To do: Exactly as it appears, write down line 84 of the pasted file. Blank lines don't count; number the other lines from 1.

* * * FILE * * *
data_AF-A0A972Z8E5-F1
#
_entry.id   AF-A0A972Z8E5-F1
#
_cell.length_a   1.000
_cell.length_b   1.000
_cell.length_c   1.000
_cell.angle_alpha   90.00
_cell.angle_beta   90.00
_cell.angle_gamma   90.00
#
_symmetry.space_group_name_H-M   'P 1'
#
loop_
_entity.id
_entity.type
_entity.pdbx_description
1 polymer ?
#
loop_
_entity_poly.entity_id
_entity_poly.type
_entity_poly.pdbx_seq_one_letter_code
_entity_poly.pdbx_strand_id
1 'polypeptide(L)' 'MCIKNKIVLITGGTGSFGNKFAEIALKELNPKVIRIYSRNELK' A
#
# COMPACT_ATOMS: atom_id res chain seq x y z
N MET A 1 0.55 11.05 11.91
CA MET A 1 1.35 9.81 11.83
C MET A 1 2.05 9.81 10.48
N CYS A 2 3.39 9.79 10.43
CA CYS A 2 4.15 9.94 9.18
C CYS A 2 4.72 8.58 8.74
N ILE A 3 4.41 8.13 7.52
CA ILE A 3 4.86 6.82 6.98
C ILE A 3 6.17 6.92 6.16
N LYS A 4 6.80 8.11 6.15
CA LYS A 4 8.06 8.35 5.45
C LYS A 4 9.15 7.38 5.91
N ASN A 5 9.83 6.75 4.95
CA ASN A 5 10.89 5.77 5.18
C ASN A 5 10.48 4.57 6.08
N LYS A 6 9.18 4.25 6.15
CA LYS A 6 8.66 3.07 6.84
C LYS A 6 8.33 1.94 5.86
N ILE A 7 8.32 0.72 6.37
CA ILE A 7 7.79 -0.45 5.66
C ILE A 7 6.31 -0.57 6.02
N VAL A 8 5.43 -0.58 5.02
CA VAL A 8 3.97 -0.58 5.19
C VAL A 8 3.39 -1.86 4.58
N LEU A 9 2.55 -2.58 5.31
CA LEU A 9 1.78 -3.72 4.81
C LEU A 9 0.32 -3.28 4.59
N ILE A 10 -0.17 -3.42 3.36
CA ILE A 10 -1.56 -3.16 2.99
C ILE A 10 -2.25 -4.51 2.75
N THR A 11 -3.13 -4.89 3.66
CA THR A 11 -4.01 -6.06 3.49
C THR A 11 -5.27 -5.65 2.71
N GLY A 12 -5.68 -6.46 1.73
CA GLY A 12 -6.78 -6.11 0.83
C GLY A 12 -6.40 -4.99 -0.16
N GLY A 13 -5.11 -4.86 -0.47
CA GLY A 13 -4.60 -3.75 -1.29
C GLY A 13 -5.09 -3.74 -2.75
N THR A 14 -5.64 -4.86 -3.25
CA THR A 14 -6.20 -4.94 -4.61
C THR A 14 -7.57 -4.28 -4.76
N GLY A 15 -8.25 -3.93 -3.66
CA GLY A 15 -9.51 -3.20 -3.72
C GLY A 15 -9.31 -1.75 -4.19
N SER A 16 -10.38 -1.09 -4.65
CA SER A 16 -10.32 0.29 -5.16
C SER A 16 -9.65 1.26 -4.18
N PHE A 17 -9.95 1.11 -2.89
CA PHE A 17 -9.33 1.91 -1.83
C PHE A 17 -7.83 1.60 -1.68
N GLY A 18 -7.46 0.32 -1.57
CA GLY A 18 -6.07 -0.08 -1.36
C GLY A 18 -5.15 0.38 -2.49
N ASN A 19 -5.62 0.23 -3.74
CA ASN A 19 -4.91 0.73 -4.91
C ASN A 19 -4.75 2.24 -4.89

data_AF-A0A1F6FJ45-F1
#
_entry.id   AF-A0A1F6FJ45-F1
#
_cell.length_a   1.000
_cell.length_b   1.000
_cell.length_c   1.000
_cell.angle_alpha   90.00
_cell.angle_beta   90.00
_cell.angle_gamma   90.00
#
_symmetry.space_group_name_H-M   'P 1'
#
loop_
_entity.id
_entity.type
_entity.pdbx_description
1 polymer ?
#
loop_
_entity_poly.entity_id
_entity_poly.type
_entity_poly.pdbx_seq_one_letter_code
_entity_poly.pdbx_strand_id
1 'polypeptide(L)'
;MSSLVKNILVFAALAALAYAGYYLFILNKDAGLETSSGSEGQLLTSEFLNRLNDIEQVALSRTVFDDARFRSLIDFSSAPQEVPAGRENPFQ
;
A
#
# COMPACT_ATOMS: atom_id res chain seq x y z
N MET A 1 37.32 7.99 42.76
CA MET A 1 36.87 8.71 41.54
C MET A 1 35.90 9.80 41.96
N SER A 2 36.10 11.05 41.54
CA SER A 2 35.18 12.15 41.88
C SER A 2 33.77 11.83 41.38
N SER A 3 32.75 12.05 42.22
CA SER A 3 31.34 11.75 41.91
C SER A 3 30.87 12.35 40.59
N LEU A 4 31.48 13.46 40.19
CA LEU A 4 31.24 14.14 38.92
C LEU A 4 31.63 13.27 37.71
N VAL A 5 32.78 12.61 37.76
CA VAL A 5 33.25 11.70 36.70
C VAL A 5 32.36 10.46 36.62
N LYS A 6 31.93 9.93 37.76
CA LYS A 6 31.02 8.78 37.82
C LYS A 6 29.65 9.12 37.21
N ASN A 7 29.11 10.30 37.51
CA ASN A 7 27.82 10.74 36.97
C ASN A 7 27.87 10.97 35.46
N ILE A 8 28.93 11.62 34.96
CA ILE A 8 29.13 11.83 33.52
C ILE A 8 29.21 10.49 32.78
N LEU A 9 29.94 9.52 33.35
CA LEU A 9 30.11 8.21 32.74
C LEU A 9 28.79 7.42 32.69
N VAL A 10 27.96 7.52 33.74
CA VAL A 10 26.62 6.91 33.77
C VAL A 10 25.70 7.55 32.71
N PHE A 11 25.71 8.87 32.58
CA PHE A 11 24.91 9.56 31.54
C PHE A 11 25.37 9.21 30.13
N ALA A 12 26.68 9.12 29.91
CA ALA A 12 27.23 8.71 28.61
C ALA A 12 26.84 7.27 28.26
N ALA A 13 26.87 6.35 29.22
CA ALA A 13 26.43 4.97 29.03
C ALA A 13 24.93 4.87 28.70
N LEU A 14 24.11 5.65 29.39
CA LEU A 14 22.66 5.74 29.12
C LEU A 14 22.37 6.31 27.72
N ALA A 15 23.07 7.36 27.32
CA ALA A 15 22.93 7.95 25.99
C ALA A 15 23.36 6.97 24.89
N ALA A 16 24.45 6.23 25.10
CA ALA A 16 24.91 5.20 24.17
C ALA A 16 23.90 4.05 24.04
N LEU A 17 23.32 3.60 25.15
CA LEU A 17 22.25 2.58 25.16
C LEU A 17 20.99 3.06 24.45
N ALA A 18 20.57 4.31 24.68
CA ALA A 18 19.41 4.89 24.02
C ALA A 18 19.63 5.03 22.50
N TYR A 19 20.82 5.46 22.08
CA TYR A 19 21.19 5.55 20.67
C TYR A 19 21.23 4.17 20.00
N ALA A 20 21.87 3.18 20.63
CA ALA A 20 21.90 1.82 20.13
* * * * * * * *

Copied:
C ASN A 19 -4.75 2.24 -4.89